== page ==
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PROCEEDINGS OF THE FIRST INTERNATIONAL CONFERENCE ON SOFT COMPUTING TECHNOLOGY IN CIVIL, STRUCTURAL AND ENVIRONMENTAL ENGINEERING
Edited by: B.H.V. Topping and Y. Tsompanakis
A Hybrid Optimization Scheme for solving the Hydraulic Capture Problem with an Unknown Number of Wells
G.A. Gray1, K. Fowler2 and J.D. Griffin3
1Sandia National Laboratories, Livermore, California, United States of America
G.A. Gray, K. Fowler, J.D. Griffin, "A Hybrid Optimization Scheme for solving the Hydraulic Capture Problem with an Unknown Number of Wells", in B.H.V. Topping, Y. Tsompanakis, (Editors), "Proceedings of the First International Conference on Soft Computing Technology in Civil, Structural and Environmental Engineering", Civil-Comp Press, Stirlingshire, UK, Paper 9, 2009. doi:10.4203/ccp.92.9
Keywords: optimization, simulation, derivative-free, Gaussian process, hybrid.
Simulators are a useful tool for the assessment water management scenarios. Moreover, simulation can be paired with optimization in order to design and control systems at minimum cost. However, this pairing of optimizer and simulator introduces a number of challenges to obtaining reasonable solutions. For example, the objective function and constraints rely on output from the simulator, and the simulator often requires the numerical solution to a system of nonlinear partial differential equations. Various assumptions can be made to simplify either the objective function or the physical system so that gradient-based methods apply, however the incorporation of realistic objection functions can be accomplished given the availability of derivative-free optimization methods. In this paper, we describe a means of hybridizing two such approaches in order to best solve the problem of hydraulic capture (HC).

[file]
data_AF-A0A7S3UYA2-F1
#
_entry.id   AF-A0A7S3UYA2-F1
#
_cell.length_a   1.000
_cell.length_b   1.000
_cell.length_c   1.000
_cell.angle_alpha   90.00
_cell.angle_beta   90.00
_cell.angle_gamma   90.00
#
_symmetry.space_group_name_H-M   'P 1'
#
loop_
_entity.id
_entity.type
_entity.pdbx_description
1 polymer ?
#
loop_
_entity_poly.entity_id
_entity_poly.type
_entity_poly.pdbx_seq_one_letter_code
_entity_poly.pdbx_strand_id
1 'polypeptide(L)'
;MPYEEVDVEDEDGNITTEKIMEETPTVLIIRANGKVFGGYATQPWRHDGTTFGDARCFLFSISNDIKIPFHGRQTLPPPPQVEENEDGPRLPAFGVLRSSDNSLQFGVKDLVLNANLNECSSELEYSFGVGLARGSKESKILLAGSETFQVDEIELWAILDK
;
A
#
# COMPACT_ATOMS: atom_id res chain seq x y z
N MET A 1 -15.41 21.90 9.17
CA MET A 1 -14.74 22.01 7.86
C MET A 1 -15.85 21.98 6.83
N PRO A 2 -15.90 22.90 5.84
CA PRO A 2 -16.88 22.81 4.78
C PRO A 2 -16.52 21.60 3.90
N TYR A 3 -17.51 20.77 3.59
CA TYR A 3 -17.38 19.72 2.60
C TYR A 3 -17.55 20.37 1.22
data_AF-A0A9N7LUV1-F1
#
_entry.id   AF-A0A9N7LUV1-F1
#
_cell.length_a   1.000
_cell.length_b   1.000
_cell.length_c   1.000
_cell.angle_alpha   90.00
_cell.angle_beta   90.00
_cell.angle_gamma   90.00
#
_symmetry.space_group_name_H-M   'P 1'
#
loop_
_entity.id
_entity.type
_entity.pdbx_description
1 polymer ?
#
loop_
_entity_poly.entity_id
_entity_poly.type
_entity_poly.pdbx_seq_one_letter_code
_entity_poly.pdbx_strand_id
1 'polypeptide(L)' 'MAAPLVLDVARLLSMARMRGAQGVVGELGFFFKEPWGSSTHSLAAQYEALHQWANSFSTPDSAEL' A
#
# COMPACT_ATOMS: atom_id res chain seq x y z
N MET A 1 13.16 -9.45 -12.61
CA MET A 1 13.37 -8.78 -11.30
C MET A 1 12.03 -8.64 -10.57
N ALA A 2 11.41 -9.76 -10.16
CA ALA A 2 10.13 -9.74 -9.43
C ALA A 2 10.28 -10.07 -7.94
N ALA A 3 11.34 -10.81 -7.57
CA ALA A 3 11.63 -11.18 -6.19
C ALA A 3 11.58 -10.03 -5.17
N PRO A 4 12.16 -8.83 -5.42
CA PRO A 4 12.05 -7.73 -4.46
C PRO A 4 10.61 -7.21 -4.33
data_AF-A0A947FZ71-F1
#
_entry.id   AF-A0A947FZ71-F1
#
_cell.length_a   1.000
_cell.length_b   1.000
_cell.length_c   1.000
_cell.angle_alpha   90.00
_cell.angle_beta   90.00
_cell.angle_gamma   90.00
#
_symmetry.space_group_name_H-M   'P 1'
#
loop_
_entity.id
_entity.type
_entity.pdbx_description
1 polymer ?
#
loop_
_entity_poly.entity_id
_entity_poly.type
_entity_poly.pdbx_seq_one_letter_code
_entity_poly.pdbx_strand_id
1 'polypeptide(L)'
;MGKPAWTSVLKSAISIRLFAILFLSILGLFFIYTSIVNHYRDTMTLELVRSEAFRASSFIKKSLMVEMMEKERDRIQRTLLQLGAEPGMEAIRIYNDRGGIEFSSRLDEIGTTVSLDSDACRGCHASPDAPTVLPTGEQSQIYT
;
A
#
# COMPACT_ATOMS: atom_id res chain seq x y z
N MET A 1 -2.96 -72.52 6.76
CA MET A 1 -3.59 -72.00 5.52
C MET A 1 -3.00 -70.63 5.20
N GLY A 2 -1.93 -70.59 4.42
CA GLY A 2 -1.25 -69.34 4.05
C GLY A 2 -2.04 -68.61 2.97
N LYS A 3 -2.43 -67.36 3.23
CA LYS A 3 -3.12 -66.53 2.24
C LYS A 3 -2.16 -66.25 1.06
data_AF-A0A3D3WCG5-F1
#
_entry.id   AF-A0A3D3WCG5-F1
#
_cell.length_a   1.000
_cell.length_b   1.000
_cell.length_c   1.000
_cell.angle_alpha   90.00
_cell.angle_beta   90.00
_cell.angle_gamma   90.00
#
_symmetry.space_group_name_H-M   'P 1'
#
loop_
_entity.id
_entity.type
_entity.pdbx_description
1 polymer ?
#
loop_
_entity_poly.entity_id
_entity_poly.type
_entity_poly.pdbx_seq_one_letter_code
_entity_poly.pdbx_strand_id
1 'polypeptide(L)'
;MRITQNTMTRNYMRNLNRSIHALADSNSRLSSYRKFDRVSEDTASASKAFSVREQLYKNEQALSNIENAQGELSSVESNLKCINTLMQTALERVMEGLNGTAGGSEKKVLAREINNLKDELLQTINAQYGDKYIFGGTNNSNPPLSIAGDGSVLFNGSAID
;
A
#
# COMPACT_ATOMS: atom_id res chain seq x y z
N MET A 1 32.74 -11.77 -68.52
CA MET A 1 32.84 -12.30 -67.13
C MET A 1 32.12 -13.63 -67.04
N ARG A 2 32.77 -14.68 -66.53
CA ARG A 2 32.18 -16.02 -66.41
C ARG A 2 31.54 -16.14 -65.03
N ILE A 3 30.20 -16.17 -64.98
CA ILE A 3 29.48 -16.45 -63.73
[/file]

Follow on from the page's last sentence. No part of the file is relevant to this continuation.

We consider the plume containment problem, HC, that was proposed in the literature specifically for benchmarking purposes . The hydrological setting is an unconfined aquifer and the objective function and constraints are nonlinear and discontinuous. Perhaps the most challenging aspect of this problem is that the final number of wells is unspecified. In order to apply continuous optimization approaches, the search begins with a set of N candidate wells and then wells may be subsequently removed from the design until an optimal cost is found. This makes the problem discontinuous with a large decrease in cost associated with the de-installation of a candidate well. Another challenge of the hydraulic capture problem is finding a balance between limiting the computational cost of finding a solution and finding the best possible solution. Many of the derivative-free optimization methods are inexpensive, but they are also local methods which can be highly dependent on initial iterates. Moreover, the single search methods are prone to getting stuck in local minima.
The hybrid approach we describe in this paper addresses both the stated challenges of hydraulic capture. Hybridizing multiple methods allows us to combine the beneficial elements of each method and in turn more efficiently search the design space. Specifically, we propose an algorithm which combines statistical emulation via a treed Gaussian process (TGP)  with a pattern search (PS) optimization . The addition of a TGP adds a global flavor to the local PS method without significantly increasing computational cost. Specifically, we apply the hybrid so that the mixed integer HC formulation is solved as a set of nonlinear problems. We also show that the hybrid successfully finds the solution regardless of starting point whereas the success of some traditional optimization methods is highly dependent on starting point.
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